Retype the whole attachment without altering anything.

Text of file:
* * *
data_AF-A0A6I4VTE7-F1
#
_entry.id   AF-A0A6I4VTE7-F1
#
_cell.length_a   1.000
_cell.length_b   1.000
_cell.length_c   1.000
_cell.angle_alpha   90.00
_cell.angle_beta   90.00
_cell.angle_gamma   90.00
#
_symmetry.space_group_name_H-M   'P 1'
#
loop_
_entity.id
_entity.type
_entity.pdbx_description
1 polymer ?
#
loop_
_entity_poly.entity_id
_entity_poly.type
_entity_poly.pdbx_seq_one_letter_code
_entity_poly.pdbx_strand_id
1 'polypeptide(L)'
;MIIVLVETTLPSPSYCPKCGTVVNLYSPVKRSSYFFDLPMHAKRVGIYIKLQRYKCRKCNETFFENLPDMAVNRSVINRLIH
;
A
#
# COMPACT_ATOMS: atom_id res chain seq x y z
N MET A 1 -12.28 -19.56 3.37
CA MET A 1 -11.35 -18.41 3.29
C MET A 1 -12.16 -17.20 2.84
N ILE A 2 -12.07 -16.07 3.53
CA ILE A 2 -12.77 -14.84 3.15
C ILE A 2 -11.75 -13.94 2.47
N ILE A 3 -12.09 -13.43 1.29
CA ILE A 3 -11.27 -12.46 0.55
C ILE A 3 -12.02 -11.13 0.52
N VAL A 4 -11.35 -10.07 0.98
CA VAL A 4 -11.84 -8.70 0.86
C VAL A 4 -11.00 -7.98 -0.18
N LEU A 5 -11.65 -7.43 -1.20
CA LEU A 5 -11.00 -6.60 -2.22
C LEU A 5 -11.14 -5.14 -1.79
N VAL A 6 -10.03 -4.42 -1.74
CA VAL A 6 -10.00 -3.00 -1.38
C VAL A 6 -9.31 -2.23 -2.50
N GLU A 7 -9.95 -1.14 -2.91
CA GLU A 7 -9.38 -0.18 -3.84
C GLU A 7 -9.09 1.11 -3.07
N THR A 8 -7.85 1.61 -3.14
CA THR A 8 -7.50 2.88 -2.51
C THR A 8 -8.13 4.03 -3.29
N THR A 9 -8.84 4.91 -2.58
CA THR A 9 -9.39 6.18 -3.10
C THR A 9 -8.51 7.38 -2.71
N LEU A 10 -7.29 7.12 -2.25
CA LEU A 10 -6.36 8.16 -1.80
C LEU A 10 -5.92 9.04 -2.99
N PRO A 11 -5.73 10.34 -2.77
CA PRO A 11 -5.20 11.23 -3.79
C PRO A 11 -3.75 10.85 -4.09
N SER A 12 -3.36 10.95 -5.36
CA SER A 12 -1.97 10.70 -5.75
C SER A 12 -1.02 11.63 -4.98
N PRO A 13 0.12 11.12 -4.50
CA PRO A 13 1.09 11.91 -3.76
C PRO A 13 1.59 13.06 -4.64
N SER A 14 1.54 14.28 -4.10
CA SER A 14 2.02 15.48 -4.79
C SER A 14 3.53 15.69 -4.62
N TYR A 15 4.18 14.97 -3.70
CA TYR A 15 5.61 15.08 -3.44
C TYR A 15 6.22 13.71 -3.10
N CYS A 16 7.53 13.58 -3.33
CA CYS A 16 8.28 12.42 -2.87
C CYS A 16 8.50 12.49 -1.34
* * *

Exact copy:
data_AF-A0A6I4VTE7-F1
#
_entry.id   AF-A0A6I4VTE7-F1
#
_cell.length_a   1.000
_cell.length_b   1.000
_cell.length_c   1.000
_cell.angle_alpha   90.00
_cell.angle_beta   90.00
_cell.angle_gamma   90.00
#
_symmetry.space_group_name_H-M   'P 1'
#
loop_
_entity.id
_entity.type
_entity.pdbx_description
1 polymer ?
#
loop_
_entity_poly.entity_id
_entity_poly.type
_entity_poly.pdbx_seq_one_letter_code
_entity_poly.pdbx_strand_id
1 'polypeptide(L)'
;MIIVLVETTLPSPSYCPKCGTVVNLYSPVKRSSYFFDLPMHAKRVGIYIKLQRYKCRKCNETFFENLPDMAVNRSVINRLIH
;
A
#
# COMPACT_ATOMS: atom_id res chain seq x y z
N MET A 1 -12.28 -19.56 3.37
CA MET A 1 -11.35 -18.41 3.29
C MET A 1 -12.16 -17.20 2.84
N ILE A 2 -12.07 -16.07 3.53
CA ILE A 2 -12.77 -14.84 3.15
C ILE A 2 -11.75 -13.94 2.47
N ILE A 3 -12.09 -13.43 1.29
CA ILE A 3 -11.27 -12.46 0.55
C ILE A 3 -12.02 -11.13 0.52
N VAL A 4 -11.35 -10.07 0.98
CA VAL A 4 -11.84 -8.70 0.86
C VAL A 4 -11.00 -7.98 -0.18
N LEU A 5 -11.65 -7.43 -1.20
CA LEU A 5 -11.00 -6.60 -2.22
C LEU A 5 -11.14 -5.14 -1.79
N VAL A 6 -10.03 -4.42 -1.74
CA VAL A 6 -10.00 -3.00 -1.38
C VAL A 6 -9.31 -2.23 -2.50
N GLU A 7 -9.95 -1.14 -2.91
CA GLU A 7 -9.38 -0.18 -3.84
C GLU A 7 -9.09 1.11 -3.07
N THR A 8 -7.85 1.61 -3.14
CA THR A 8 -7.50 2.88 -2.51
C THR A 8 -8.13 4.03 -3.29
N THR A 9 -8.84 4.91 -2.58
CA THR A 9 -9.39 6.18 -3.10
C THR A 9 -8.51 7.38 -2.71
N LEU A 10 -7.29 7.12 -2.25
CA LEU A 10 -6.36 8.16 -1.80
C LEU A 10 -5.92 9.04 -2.99
N PRO A 11 -5.73 10.34 -2.77
CA PRO A 11 -5.20 11.23 -3.79
C PRO A 11 -3.75 10.85 -4.09
N SER A 12 -3.36 10.95 -5.36
CA SER A 12 -1.97 10.70 -5.75
C SER A 12 -1.02 11.63 -4.98
N PRO A 13 0.12 11.12 -4.50
CA PRO A 13 1.09 11.91 -3.76
C PRO A 13 1.59 13.06 -4.64
N SER A 14 1.54 14.28 -4.10
CA SER A 14 2.02 15.48 -4.79
C SER A 14 3.53 15.69 -4.62
N TYR A 15 4.18 14.97 -3.70
CA TYR A 15 5.61 15.08 -3.44
C TYR A 15 6.22 13.71 -3.10
N CYS A 16 7.53 13.58 -3.33
CA CYS A 16 8.28 12.42 -2.87
C CYS A 16 8.50 12.49 -1.34